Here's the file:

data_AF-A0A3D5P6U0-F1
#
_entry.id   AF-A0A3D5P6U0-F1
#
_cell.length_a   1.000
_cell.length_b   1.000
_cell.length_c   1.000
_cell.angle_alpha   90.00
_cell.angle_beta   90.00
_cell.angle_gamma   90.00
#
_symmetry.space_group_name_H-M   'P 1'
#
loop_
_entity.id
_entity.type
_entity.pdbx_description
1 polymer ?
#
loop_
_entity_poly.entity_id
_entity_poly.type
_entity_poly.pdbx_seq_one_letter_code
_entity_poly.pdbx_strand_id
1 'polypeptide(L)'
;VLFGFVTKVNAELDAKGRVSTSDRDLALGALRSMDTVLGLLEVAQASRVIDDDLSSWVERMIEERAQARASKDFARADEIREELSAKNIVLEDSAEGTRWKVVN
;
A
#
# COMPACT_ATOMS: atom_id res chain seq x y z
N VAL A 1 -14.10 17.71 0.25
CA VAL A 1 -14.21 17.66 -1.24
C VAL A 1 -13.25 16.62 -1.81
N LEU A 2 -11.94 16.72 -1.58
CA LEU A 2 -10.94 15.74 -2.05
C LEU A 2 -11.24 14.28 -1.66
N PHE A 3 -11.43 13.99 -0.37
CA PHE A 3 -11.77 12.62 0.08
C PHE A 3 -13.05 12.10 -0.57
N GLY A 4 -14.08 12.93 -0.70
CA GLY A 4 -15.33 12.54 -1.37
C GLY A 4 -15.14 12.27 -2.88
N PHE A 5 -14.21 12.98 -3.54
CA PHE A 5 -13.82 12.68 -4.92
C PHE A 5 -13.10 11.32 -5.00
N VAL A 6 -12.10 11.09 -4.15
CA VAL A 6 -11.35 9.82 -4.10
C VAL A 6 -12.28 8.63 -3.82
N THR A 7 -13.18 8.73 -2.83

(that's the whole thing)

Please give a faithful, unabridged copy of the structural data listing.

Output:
data_AF-A0A3D5P6U0-F1
#
_entry.id   AF-A0A3D5P6U0-F1
#
_cell.length_a   1.000
_cell.length_b   1.000
_cell.length_c   1.000
_cell.angle_alpha   90.00
_cell.angle_beta   90.00
_cell.angle_gamma   90.00
#
_symmetry.space_group_name_H-M   'P 1'
#
loop_
_entity.id
_entity.type
_entity.pdbx_description
1 polymer ?
#
loop_
_entity_poly.entity_id
_entity_poly.type
_entity_poly.pdbx_seq_one_letter_code
_entity_poly.pdbx_strand_id
1 'polypeptide(L)'
;VLFGFVTKVNAELDAKGRVSTSDRDLALGALRSMDTVLGLLEVAQASRVIDDDLSSWVERMIEERAQARASKDFARADEIREELSAKNIVLEDSAEGTRWKVVN
;
A
#
# COMPACT_ATOMS: atom_id res chain seq x y z
N VAL A 1 -14.10 17.71 0.25
CA VAL A 1 -14.21 17.66 -1.24
C VAL A 1 -13.25 16.62 -1.81
N LEU A 2 -11.94 16.72 -1.58
CA LEU A 2 -10.94 15.74 -2.05
C LEU A 2 -11.24 14.28 -1.66
N PHE A 3 -11.43 13.99 -0.37
CA PHE A 3 -11.77 12.62 0.08
C PHE A 3 -13.05 12.10 -0.57
N GLY A 4 -14.08 12.93 -0.70
CA GLY A 4 -15.33 12.54 -1.37
C GLY A 4 -15.14 12.27 -2.88
N PHE A 5 -14.21 12.98 -3.54
CA PHE A 5 -13.82 12.68 -4.92
C PHE A 5 -13.10 11.32 -5.00
N VAL A 6 -12.10 11.09 -4.15
CA VAL A 6 -11.35 9.82 -4.10
C VAL A 6 -12.28 8.63 -3.82
N THR A 7 -13.18 8.73 -2.83